Macronutrients are the components of food that give us calories. They are all important to the mental and physical health of our children, but knowing how to balance them has become a lost art.
Because the point of this series is to give you information that will set your child up for success in school, with a hearty breakfast, I want to focus my nutritional topics to just this. If you would like more information on general child nutrition, please take a look at my Lunchbox Series.
What are Macronutrients
The Macronutrients are the ones we hear talked about the most...Carbohydrates, Proteins and Fats. These are often diverse and complicated. To simplify, we have lumped them all into 3 different categories. There are good and bad options in each, and there is a vast variety of types with different purposes in the body.
In general, macronutrients are the energy source for the cells. Carbohydrates, Proteins and Fats are burned as fuel by the cells to create energy (like little engines). The type of fuel, and the quantity of each will determine how your child's engine runs.
Let's start here! Of the 3 Macronutrients, Fats and Carbohydrates are often the most debated. Carbohydrates are the new bad guy on the streets, with a huge rise in low/no carb diets. For those of you who don't know me, I believe all foods have their place in the diet. I believe extreme diets cause nutritional deficiencies. The problem is that we have forgotten fundamental dietary and cooking rules that have maximized nutrition, and are now fueling ourselves with synthetic foods. (okay, mini rant over, lets begin)
Carbohydrates and basically sugars. Now, not all sugar is bad (although as a society we eat WAY TOO MUCH, and most of it refined...whole other topic). Our body, especially children's bodies, need sugars to grow and function.
All carbohydrates are broken down into the simples sugars through the digestive processes. These simple sugars are Glucose, Fructose and Galactose (from dairy). Glucose is the foundation sugar, and the building block of all other sugars. Fructose is even converted to Glucose in the Liver. Glucose is the sugar that raises blood sugar, and it is the sugar form that is used in the cells for energy conversion.
Glucose isn't all bad, in fact our brains (children more so) need glucose to function. In fact the brain uses HALF of the glucose demands in the body. Brain functions, such as attentiveness and learning, are linked with glucose levels.
Not Enough Glucose
This seems like it could be a rare problem in today's society of over consumption of sugar. Hypoglycemia, so not having enough sugar in the blood stream, does happen. Especially in ACTIVE children. Without adequate Glucose, the neurotransmitters of the brain cannot be produced. This leads to sluggishness, poor cognitive function, and poor attention.
Too Much Glucose
This seems to be the bigger issue when feeding children, but honestly both are just as prevalent. Now you may think that because Glucose is fuel for the brain, and too little will cause sluggishness, poor cognitive function and poor attention, and more would be better. Nope!
Too much glucose at one time can cause a cascade of health issues. Too much sugar was shown in studies to cause brain damage, like drugs, and decrease cognitive ability. It also induced uncontrollable energy levels, with an inability to sit still, concentrate or be attentive. In addition, too much sugar is also stored in the body as fat, causing other health problems.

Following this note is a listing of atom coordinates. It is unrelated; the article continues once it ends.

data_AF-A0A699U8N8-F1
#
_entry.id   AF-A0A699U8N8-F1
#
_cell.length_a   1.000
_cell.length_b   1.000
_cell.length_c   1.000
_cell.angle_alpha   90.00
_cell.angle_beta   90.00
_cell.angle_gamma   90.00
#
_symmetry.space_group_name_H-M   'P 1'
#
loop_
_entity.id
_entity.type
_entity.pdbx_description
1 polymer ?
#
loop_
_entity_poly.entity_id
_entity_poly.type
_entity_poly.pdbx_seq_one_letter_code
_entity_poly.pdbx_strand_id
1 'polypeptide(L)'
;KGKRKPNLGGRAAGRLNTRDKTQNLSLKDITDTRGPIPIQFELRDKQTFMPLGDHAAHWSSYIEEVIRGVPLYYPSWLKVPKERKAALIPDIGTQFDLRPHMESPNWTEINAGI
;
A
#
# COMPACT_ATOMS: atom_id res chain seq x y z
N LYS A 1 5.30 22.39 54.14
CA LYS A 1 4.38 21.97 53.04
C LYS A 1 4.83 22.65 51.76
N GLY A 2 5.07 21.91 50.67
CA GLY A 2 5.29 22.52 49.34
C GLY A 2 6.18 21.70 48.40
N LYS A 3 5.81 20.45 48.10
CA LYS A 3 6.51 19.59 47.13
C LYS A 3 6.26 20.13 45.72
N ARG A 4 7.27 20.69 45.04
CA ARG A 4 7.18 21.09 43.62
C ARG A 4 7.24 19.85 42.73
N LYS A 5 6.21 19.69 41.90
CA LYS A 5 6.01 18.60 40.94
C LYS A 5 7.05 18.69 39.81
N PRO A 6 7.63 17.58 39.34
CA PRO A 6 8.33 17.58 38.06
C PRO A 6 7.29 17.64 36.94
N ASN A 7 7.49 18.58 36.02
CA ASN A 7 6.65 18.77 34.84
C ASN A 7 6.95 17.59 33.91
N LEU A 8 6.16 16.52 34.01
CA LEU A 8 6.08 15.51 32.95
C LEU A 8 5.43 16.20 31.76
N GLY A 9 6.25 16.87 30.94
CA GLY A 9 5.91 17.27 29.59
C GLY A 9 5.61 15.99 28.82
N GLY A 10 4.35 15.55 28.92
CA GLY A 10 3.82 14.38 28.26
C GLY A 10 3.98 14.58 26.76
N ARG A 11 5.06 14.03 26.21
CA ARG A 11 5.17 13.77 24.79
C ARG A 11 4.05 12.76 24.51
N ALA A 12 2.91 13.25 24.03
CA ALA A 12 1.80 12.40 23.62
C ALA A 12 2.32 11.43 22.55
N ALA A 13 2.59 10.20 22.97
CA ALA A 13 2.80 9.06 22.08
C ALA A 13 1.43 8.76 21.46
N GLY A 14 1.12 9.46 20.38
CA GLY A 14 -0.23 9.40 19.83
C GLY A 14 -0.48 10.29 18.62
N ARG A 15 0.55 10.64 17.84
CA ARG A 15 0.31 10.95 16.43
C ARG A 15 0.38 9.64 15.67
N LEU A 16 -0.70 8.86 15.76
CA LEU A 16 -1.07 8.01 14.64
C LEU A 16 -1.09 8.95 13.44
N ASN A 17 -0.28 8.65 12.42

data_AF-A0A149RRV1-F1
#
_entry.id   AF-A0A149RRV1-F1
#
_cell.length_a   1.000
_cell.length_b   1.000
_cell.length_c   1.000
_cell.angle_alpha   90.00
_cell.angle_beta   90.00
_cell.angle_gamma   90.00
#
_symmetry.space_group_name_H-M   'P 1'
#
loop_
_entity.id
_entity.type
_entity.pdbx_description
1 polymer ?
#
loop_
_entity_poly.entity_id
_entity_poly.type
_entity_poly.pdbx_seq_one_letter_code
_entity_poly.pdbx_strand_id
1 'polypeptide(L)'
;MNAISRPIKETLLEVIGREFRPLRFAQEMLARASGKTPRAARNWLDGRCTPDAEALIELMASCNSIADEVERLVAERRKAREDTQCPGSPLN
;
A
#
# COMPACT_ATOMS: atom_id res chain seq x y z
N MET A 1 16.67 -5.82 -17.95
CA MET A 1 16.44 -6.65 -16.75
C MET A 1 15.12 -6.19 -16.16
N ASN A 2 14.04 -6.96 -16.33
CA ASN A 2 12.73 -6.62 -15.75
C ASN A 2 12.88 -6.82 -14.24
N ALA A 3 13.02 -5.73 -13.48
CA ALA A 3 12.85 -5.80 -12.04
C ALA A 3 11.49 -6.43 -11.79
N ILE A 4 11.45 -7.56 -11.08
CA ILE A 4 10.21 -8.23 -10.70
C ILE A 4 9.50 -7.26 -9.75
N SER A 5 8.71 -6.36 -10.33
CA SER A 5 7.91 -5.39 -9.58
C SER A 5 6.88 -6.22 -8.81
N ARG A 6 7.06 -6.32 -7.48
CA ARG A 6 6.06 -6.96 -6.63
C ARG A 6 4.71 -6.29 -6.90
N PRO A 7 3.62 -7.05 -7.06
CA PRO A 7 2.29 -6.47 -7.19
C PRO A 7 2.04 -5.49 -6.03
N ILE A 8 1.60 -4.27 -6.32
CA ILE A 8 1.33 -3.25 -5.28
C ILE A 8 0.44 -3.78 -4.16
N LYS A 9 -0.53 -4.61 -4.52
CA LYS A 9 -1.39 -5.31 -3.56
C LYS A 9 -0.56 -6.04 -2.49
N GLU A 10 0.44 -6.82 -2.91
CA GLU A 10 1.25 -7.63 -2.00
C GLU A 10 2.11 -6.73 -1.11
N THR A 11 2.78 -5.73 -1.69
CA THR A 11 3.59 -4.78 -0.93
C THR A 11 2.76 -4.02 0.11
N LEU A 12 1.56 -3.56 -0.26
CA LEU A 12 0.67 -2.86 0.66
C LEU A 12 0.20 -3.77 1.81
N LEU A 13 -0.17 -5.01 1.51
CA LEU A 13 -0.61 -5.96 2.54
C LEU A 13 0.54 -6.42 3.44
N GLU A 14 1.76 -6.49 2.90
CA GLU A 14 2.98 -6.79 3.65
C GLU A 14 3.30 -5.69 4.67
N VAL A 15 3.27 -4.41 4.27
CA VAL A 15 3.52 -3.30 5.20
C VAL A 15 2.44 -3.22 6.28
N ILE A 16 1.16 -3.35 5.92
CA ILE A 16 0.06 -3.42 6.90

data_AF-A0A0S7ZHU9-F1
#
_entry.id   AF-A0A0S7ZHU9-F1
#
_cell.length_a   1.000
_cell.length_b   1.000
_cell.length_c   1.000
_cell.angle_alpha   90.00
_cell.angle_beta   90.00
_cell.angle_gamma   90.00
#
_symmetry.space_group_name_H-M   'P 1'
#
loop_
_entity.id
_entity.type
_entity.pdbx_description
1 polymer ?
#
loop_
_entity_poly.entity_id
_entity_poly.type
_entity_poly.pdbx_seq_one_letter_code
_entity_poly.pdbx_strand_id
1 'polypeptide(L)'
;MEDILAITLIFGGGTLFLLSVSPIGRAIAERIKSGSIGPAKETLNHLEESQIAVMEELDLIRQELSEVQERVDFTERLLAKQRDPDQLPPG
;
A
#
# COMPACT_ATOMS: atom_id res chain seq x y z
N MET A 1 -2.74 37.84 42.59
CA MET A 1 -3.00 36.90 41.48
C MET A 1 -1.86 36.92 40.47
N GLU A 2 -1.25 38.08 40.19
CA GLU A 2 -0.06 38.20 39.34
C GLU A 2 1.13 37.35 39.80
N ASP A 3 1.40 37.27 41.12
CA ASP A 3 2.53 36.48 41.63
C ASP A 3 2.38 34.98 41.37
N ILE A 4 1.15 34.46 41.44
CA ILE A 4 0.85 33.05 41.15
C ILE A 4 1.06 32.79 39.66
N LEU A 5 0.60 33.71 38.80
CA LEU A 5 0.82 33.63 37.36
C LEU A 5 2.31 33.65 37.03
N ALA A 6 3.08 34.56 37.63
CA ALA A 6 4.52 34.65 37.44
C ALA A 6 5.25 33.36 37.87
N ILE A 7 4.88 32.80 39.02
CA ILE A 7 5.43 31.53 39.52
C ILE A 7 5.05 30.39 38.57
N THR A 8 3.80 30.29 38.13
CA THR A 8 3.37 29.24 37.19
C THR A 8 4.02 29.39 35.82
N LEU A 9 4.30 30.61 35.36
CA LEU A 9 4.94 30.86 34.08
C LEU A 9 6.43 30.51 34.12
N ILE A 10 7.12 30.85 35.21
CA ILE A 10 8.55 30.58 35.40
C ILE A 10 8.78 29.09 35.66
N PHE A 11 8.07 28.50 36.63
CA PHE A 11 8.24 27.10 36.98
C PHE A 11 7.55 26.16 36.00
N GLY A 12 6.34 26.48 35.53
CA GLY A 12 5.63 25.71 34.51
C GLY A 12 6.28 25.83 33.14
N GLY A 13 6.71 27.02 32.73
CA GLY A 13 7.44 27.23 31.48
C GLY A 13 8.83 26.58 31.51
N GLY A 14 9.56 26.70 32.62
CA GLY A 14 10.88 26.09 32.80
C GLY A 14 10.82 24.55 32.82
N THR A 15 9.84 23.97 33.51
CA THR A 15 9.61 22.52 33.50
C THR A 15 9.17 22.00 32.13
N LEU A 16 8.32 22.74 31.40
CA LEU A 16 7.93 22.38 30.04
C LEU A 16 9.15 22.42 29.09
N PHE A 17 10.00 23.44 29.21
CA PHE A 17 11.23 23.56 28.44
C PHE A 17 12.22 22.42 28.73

Complex Carbohydrates VS Simple Carbohydrates
When we hear the work Carbohydrate, many of us just think straight sugar. But there are Complex and Simple Carbohydrates, and they are a bit different.
Simple Carbohydrates are the individual sugars. Digestively, these sugars do not need to be broken down and are absorbed instantly. Metabolically, they provide an instant energy source, that is often described as a sprinter...super fast, super intense, and a quick drop and fatigue.
Complex Carbohydrates are, in scientific terms, polysaccharides. Meaning they are several different sugars bound together (typically 3 or more). Digestively, these carbohydrates take longer to breakdown. Metabolically, they provide a more steady stream of glucose energy because the bound sugars take time to breakdown...generally.
There are some "complex carbohydrates" that work more like simple carbohydrates because the protein, fiber, fats, and other components have been stripped from the food and the starch can be instantly broken down, and they are often pairs with more simple carbohydrates: White Bread, Cakes, Pastries, etc...
Glucose Middle Ground
So, as you can see, finding the middle ground is important. There are always exceptions to the rules. Naturally occurring sugars, both simple and complex, have their place.
Choosing quality over quantity and making sure that you are pairing your carbohydrates correctly with other macronutrients is important (more later).
Simple carbohydrates, like those found in fruits and raw, unfiltered, honey, are paired, naturally, with other compounds that slow the metabolism of these sugars. They are also found, in generally, smaller and more controllable quantities. These are the types of sugars our body needs. Refined sugar, has been stripped of the compounds that would naturally be found with them, such as fiber, proteins, vitamins, minerals, and other phytonutrients. Anytime you isolate a compound, it has the potential for excess, because there is no balance.
Complex carbohydrates, like those found in whole grains, and starchy vegetables, can also be either good or bad, based on the quality. Choose whole grains, and whole vegetables, and avoid processed complex carbohydrates like cereal and white flour, that has been stripped of important components.
Breakfast of Champions: